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President Bush and his acolytes continually suggest that the occupations of Afghanistan and Iraq are "success stories" that just have not receiving proper attention from the U.S. media.

Unfortunately for the spin doctors who dressed the president up in flight-suit drag and made their Iraq "mission accomplished" declaration three years ago are having a hard time convincing serious observers of global affairs that they have achieved anything but disaster.

According to the The Failed State Index, an authoritative annual analysis produced by Foreign Policy magazine and the Washington, DC, based Fund for Peace, both Iraq and Afghanistan are in serious trouble.

Reviews of four stellar films: Three Times, Art School
Confidential
, Lady Vengeance and Army of Shadows.

Works by Nicky Beer, Sandy Tseng, Eric Leigh and Shara Lessley,
winners of the Discovery/The Nation Joan Leiman Jacobson Poetry Prize.

Richard Lingeman's Double Lives explores the richness of
friendships between such literary lions as Hawthorne and Melville,
Hemingway and Fitzgerald, and Kerourac, Ginsberg and Cassidy.

Times Square may be the most dynamic urban space of the twentieth
century, but you wouldn't know it from reading Marshall Berman's On
the Town.

Alan Taylor's Divided Ground examines how land-grabbing
settlers destroyed Indian society and how postrevolutionary
politicians speeded their demise.

September 11 marked a turning point in the history of Saudi Arabia,
raising new questions about political repression, religious
extremism and the future of its youth.

A policy of "affirmative discrimination" helped put twenty women in
the Afghan Parliament, but how can they confront the warlords and
criminals who hold most of the power?

Mothers in America are in serious need of a new deal to remedy a profound wage gap with other working women and men, and an outdated family support structure.

ARCHANGELS & MARTIANS...

Rancho Cucamonga, Calif.

While John Kenneth Galbraith was good at pointing out the failures of the free
enterprise system, he could never overcome the play-to-win mentality
of American capitalism.

Why should anyone be surprised that Dick Cheney's good oil boys are
making out like bandits?

Using the insidious pretense of the "unitary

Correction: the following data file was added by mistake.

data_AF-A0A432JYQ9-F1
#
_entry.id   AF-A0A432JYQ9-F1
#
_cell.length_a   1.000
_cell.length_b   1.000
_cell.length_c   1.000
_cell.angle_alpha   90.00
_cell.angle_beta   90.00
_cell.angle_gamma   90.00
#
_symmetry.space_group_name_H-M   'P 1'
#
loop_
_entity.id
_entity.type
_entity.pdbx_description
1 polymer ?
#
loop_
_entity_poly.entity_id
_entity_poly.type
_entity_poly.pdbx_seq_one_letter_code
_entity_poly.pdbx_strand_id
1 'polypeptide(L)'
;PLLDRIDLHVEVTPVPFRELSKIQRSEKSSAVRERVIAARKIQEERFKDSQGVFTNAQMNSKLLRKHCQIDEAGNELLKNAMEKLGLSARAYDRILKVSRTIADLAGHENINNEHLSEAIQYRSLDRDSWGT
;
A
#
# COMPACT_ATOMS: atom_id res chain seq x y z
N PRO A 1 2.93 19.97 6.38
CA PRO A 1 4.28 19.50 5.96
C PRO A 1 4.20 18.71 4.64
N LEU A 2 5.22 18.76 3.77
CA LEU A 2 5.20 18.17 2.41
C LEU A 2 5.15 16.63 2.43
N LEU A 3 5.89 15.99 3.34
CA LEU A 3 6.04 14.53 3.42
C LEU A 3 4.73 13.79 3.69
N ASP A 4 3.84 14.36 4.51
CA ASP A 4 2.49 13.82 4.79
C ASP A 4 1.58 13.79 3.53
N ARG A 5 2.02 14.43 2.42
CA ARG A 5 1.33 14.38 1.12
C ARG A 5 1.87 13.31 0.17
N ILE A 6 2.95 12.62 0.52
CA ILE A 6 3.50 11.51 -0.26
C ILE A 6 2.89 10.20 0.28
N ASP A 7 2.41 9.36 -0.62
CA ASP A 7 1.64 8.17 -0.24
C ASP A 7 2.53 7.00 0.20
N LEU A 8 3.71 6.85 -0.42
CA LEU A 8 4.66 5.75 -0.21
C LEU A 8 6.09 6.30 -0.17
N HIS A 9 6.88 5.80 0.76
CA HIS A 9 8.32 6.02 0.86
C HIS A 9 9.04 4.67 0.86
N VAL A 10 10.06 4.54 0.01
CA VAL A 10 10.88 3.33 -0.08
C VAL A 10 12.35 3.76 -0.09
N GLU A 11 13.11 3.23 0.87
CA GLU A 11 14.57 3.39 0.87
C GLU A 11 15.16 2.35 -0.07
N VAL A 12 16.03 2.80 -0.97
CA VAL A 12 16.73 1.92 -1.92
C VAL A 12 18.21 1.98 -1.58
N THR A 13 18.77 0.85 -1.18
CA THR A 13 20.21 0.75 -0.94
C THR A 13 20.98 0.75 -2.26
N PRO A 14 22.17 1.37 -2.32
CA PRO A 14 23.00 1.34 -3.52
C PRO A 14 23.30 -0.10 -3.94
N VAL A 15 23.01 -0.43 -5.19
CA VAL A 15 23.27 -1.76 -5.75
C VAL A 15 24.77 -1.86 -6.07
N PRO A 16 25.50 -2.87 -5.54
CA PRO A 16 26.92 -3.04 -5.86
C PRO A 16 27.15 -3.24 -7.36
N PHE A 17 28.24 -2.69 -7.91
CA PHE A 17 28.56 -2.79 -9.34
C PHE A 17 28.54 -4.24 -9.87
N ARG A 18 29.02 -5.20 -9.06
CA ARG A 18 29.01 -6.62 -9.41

executive," George W.

The plagiarism flap over Opal Mehta is essentially a story
about clichés and stereotypes passing from one subliterary commercial
product to another.

Longtime Nation Associate John Kenneth Galbraith is best
remembered not only as a New Dealer, old-line liberal or Keynesian
economist but as a contrarian and independent thinker.

The US and Iran are engaged in a reckless game of chicken that could
end in disaster for the Persian Gulf region and the world.

Yesterday the Washington Post offered a prescient warning about the pathetic lobbying "reform" bill passed by the House 217-213 last night.

Democrats tempted to vote for this sham because they're scared of 30-second ads that accuse them of opposing lobbying reform ought to ask themselves whether they really think so little of their constituents. As for Republicans willing to settle for this legislative fig leaf, they ought to listen to Rep. Christopher Shays (R-Conn). "I happen to believe we are losing our moral authority to lead this place," Mr. Shays said on the House floor last week.

The GOP leadership wanted to claim the mantle of reform without actually enacting any reforms. Sadly, eight Democrats--enough to switch the outcome on a razor thin vote--took the bait. They are:

Justice triumphed over blood vengeance Wednesday as jurors declined to sentence a marginal 9/11 conspirator to death, while one of the real culprits languishes in a secret prison, unlikely to ever come to trial.

Despite the loud and determined voice of immigrant communities for
fair and just immigration reform, we have yet to see an acceptable
proposal from Congress.

To understand what the sham lobbying "reform" bill that the House will likely pass today will do, you need to understand what it won't do. The only reason Congress is talking about lobbying reform is because of Jack Abramoff and his Fedora-studded guilty plea last January. Yet the so-called reforms in the "Lobbying Accountability and Transparency Act" will do absolutely nothing to prevent the next Abramoff, as this valuable chart from Public Citizen shows.

Moreover, as Public Citizen recognizes: "Corruption by lobbyists and lawmakers does not begin or end with Abramoff; it is a systemic problem. There are many more Jack Abramoffs peddling their wares on the Hill."

Yes. Don't forget about prostitutes at the Watergate servicing Republican members of Congress and CIA aides. Abramoff may be too technical, but hookers everyone can understand.

As the May Day protests, they evoked memories of an earlier generation
of immigrants who lived with the fear of deportation.

At least one GOP lawmaker is paying attention to L'Affair Abramoff: Ohio Rep. Bob Ney. Time is running out for the former "Mayor of Capitol Hill."

Dennis Hastert pushed the Ohio Congressman from his House Administration Committee chairmanship following Abramoff's DC indictment in January. Since then, a game of wait and see has transpired between Ney and the law.

Ney's statute of limitations in the Abramoff Sun Cruz casino fleet investigation expired last Thursday, with the Justice Department opting for an expanded corruption probe. Ney's lawyer says his client will learn in "a month or two" whether he faces criminal charges. Multiple guilty pleas from Abramoff and his aides ID'd Ney as the bribe-taking "Representative #1."

A political nightmare, with a scriptural spin, tells the true story of
two nefarious lords and their faithful servant.